The 11 U.S. lawmakers and nonprofit leaders sanctioned Monday by China are speaking out, with one spokesperson characterizing the new measures as “not credible” and others as an attempt to “distract” from China’s crackdown in Hong Kong.
White House spokeswoman Kayleigh McEnany said China’s new sanctions are “symbolic and ineffectual,” but she would not say if the U.S. government would respond.
China announced sanctions on prominent Republican Sens. Ted Cruz and Marco Rubio, along with four other Republican lawmakers, though China did not target any Trump administration officials. Five individuals at non-profit and rights groups, including Kenneth Roth, executive director of the advocacy group Human Rights Watch, also were named.
Last month #China banned me— Marco Rubio (@marcorubio) August 10, 2020
Today they sanctioned me
I don’t want to be paranoid but I am starting to think they don’t like mehttps://t.co/Pk9yH1io3Z
The announcement was a direct response to sanctions the U.S. imposed three days earlier on Hong Kong Chief Executive Carrie Lam and 10 other officials in the special administrative region, including the current and former police chiefs.
"In response to those wrong U.S. behaviors, China has decided to impose sanctions on individuals who have behaved egregiously on Hong Kong-related issues," said Chinese foreign ministry spokesman Zhao Lijian at a press briefing Monday. Zhao did not say what exactly the sanctions would include.
China already announced sanctions against Rubio, Cruz and Rep. Chris Smith last month, after the U.S. criticized China and imposed sanctions for the country’s treatment of its Uighur ethnic minority. The three lawmakers were banned from traveling to China.
“The Chinese Communist Party thinks that it can distract from its crackdown on Hong Kong, including the arrest of freedom fighter Jimmy Lai, by re-announcing sanctions against Sen. Cruz that were already not credible to begin with, said Lauren Blair Aronson, a spokesperson for Cruz, in an email to VOA. “It won't work.”
Cruz himself joked Monday on Twitter that he was “starting to think they [China] don’t like me.”
China views as outside interference U.S. outrage and policy regarding its often violent approach to Hong Kong and the Uighur ethnic minority.
"I want to reiterate that Hong Kong is China's Hong Kong and Hong Kong affairs are China's internal affairs that no external forces can interfere in,” said Lijian, the foreign ministry spokesman. "China urges the US to recognize the situation and correct its wrongdoings, and not to go further and further on the wrong path."
China’s sanctions came the same day as a high-profile arrest of Hong Kong media tycoon Jimmy Lai under its new national security law there. More than 100 police officers raided the headquarters of the democracy advocate’s Next Digital company, which the newspaper live-streamed.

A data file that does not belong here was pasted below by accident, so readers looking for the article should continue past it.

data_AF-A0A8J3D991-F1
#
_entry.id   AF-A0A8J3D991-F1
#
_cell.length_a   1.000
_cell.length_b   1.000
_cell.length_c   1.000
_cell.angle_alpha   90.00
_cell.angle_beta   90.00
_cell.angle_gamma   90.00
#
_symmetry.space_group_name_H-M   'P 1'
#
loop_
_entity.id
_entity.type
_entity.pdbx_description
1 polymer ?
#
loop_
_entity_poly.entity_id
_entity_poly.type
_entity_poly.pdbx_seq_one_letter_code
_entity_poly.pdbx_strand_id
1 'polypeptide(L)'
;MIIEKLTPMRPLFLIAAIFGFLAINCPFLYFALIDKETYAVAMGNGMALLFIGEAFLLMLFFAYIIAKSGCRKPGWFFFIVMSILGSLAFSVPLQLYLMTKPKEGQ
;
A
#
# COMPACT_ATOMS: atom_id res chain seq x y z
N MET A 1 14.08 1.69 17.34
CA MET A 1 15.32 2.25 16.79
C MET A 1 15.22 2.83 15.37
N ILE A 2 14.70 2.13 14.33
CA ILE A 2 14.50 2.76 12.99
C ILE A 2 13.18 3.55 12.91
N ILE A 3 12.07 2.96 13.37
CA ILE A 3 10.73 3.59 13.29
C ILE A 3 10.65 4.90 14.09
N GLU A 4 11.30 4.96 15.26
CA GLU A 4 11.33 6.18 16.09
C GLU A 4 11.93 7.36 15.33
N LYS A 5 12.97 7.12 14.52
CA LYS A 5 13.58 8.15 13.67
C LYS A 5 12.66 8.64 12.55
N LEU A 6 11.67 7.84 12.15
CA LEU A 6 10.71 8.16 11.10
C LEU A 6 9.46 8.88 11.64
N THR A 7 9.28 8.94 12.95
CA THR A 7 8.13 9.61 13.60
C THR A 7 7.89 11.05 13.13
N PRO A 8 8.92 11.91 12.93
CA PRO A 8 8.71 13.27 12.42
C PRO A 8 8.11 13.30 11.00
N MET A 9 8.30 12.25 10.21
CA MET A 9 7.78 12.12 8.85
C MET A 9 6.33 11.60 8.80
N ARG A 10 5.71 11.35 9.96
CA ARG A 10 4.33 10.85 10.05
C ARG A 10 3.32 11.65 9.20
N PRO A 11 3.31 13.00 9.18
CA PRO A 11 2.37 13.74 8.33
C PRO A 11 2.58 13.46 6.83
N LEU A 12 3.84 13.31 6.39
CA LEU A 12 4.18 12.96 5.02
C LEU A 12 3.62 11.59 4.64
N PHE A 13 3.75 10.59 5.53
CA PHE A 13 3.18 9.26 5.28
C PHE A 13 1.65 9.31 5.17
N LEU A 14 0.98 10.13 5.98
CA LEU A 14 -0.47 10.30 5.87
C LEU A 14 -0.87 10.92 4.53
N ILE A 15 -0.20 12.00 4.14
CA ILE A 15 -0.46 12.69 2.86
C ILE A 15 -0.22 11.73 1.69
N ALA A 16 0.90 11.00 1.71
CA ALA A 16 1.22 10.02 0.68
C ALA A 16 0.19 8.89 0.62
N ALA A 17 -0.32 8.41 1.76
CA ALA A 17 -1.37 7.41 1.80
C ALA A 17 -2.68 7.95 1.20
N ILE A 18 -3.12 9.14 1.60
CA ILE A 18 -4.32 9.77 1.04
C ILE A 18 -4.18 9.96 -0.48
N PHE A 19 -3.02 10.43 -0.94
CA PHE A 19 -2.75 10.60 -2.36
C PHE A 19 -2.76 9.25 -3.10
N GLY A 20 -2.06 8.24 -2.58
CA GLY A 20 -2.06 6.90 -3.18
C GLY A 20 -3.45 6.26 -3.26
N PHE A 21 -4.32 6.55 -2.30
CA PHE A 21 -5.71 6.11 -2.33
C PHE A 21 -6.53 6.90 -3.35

“From jailing newspaper publishers, to rigging elections, to dramatically expanding surveillance of Hong Kongers, the recent actions of China’s communist leaders prove just how determined they are to stamp out democracy and fundamental freedoms in Hong Kong,” said Sen. Pat Toomey, one of the sanctioned lawmakers, in a statement.
“Now China’s communist leaders are sanctioning American lawmakers who have the audacity to point out their egregious violations of longstanding commitments made to the people of Hong Kong in the Basic Law. My response to being sanctioned is simple: I stand with the people of Hong Kong.”
Toomey, along with Democratic Sen. Chris Van Hollen, introduced legislation in May that would authorize sanctions on the Chinese banks that allow China to enforce its Hong Kong national security law. Their Hong Kong Autonomy Act became law in July.
Hollen was not named in the sanctions, which targeted Republican lawmakers. He said in a statement, “China’s decision to impose sanctions on U.S. officials will not deter us from taking strong action in response to China’s crackdown on basic human freedoms. I urge the Administration to continue using its full authority under the Hong Kong Autonomy Act to implement wide-ranging consequences on the government and other officials for their acts of repression.”
Rep. Smith, another of the sanctioned Republican lawmakers, also advocated for legislation he helped introduce in June, which would grant Hong Kongers priority status for refugee consideration.
“These attacks on freedom of the press in Hong Kong are deeply concerning and must not go unanswered,” said Smith. “These arrests under the National Security Law prove the need for the Hong Kong Safe Harbor Act. The U.S. must respond quickly in a unified voice and provide safe harbor to Hong Kongers.”
Roth, the Human Rights Watch chief, called the sanctions against him a “mere footnote,” writing that China’s actions were “little more than an effort to distract attention from its wholesale assault on the rights of the people of Hong Kong.”
The Chinese government just announced unspecified "sanctions" against me. That is little more than an effort to distract attention from its wholesale assault on the rights of the people of Hong Kong. https://t.co/OupYRsdoKq— Kenneth Roth (@KenRoth) August 10, 2020
Also included on China’s list of sanctioned individuals were Sen. Tom Cotton, National Endowment for Democracy President Carl Gershman, and Michael Abramowitz, the president of Freedom House.
VOA’s Mandarin Service and Leslie Bonilla contributed to this story.